Norway threatened to cut-off its billion dollar financial assistance to Brazil if it did not put serious effort into curbing the deforestation in the Amazon rainforest, it was reported Thursday.  It came just ahead of a Friday meeting in Oslo between leaders of both countries. 

The oil producing country has been providing Brazil $1.1 billion for its Amazon fund. Brazilian President Michel Temer who is on a tour of Norway to obtain investments to save his plunging economy was reminded the foreign aid provided to Brazil was conditional on the preservation of the Amazon forests. 

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The report in the Guardian stated that Vidar Hegelsen, Norway’s environment minister had written to his Brazilian counterpart, José Sarney Filho saying: “In 2015 and 2016 deforestation in the Brazilian Amazon saw a worrying upward trend.” He warned Norway's contribution had already been lessened due to this and that “even a fairly modest further increase would take this number to zero.”

In 2005, Brazil experienced high levels of deforestation, losing around 7,335 square miles of forest. However, the next decade saw a significant dip in deforestation, with 2015 seeing just about 2394 square miles of forest disappearing. 2016 then saw a 29 percent jump in deforestation, with over 3,088 square miles of forest gone. This was thought to be happening due to Temer being close to the powerful agricultural lobby, which had been pressing for cuts in Amazon protection. 

President Temer had also made deep cuts in the budget of the environment ministry. However, he recently vetoed a legislation that would have reduced the area of protected environmental reserves, with most of them lying in the Amazon forests. This decision after Brazilian supermodel Gisele Bündchen pressured him via twitter, asking him to not reduce protection in the Amazon. Tener agreed by replying to her tweet saying:  “Today I vetoed all the proposals from MPs that reduced the preserved area of ​​the Amazon.”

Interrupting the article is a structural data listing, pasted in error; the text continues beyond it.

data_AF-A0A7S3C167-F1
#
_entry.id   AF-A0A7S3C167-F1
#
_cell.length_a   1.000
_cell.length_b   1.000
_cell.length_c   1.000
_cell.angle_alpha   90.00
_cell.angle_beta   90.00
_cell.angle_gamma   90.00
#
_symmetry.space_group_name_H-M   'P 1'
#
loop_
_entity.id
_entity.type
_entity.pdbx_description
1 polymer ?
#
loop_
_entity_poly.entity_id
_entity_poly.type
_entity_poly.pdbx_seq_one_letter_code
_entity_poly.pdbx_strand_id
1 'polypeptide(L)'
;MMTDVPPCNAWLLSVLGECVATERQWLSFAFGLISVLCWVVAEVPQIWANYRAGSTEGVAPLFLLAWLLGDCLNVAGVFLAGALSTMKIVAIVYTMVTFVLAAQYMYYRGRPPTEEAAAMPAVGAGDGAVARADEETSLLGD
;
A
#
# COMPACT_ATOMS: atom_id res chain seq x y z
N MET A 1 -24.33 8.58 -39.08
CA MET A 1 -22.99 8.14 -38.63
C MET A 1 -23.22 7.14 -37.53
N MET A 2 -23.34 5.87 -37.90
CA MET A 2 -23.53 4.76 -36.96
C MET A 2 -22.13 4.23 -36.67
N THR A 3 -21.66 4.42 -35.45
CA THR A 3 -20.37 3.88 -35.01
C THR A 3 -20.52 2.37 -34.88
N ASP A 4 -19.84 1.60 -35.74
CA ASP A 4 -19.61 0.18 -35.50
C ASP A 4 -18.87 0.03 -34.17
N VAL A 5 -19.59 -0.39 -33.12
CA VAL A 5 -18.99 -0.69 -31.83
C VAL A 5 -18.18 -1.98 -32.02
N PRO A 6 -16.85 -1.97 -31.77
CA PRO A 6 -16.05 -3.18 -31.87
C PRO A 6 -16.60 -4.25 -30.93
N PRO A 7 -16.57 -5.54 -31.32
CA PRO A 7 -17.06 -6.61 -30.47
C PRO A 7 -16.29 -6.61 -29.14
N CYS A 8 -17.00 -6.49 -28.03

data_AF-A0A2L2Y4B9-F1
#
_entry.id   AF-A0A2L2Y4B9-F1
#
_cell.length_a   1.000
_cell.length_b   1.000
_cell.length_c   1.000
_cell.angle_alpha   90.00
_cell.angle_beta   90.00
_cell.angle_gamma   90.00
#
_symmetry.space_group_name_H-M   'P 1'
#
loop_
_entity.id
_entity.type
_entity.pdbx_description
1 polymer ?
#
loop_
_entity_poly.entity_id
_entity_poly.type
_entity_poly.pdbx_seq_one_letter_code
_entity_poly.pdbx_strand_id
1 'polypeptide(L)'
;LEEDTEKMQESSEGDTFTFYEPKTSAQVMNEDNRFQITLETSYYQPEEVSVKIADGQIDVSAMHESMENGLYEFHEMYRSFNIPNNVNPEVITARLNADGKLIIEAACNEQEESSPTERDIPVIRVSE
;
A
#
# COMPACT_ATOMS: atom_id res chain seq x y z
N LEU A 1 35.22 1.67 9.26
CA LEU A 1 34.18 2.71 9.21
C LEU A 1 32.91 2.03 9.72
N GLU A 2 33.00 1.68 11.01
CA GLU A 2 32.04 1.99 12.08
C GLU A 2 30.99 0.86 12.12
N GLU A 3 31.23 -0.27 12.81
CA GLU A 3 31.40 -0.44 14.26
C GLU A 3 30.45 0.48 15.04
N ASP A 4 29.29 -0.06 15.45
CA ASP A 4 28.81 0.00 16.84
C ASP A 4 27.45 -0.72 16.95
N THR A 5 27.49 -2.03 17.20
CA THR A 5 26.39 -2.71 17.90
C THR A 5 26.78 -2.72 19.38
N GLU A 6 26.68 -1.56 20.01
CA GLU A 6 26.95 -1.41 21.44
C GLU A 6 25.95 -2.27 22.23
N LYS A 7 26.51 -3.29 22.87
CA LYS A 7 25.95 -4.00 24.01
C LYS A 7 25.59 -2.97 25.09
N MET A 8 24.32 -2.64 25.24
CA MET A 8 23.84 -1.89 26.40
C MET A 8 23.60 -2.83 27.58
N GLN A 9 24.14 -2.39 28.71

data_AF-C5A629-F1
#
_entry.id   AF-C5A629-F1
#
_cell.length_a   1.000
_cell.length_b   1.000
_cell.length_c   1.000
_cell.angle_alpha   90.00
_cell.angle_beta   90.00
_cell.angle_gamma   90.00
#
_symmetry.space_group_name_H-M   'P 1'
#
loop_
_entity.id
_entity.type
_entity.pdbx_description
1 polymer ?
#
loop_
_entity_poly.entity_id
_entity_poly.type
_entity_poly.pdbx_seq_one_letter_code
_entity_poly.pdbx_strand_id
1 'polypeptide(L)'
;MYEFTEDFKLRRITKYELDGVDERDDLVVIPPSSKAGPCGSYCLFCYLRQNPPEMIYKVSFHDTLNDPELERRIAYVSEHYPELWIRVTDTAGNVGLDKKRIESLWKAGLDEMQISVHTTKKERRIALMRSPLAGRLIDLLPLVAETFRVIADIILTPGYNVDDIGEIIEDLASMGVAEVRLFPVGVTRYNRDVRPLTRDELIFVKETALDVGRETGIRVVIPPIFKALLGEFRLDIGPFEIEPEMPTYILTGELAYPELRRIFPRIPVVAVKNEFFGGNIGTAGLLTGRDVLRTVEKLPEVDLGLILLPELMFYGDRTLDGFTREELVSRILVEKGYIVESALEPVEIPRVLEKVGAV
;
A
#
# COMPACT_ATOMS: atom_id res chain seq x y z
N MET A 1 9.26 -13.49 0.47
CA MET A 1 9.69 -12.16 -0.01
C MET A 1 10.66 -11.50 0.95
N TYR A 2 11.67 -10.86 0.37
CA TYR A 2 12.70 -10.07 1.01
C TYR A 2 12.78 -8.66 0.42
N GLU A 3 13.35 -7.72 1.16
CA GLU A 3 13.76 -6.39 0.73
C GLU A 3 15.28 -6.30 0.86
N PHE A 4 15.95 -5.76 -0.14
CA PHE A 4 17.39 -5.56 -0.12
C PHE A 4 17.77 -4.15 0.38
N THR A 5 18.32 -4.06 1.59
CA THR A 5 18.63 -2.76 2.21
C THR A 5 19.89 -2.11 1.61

However, the respite appears to be short lived as an ABC News report suggested the country’s environment ministry could be working on a similar legislation that would lead to less protection for 1.1 milion acres of forest. The was to legalize farmers and ranchers foraying into the protected areas but could also lead to dangerous degrading in the areas, including thinning of tree density and culling of bio-diversity. "We want to allow people who have been there for a long time to continue growing and developing their work," he said in a video posted Sunday on social media, according to ABC News.

Climate Home suggested the move would in fact legalize claims of illegal occupants of land inside the protected forest areas. These areas are usually occupied for running cattle and mining operations that were said to be the prime cause for 29 percent deforestation in Brazil last year.

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Bringing down the area of the rainforest can also lead to Brazil not being able to meet its goals for the Paris agreement in which it ratified that it was committed to cutting emissions by 37 percent by 2025 and planned on increasing it to 43 percent by 2020. Currently, the country emits about 2.5 percent of the world’s polluting gases and is the largest emitter of these gases in the Latin American countries.

The Amazon Fund to which Norway has been providing aid is aimed at financing anti-deforestation projects such as satellite monitoring of the forests, and agro-forestry management to save the Amazon rainforests, collaborating with indigenous communities to achieve these goals. Ironically, Norway itself was panned by environmental organizations Thursday for allotting a record number of 102 oil drilling and exploration blocks in the Norwegian Continental Shelf in the Arctic Circle.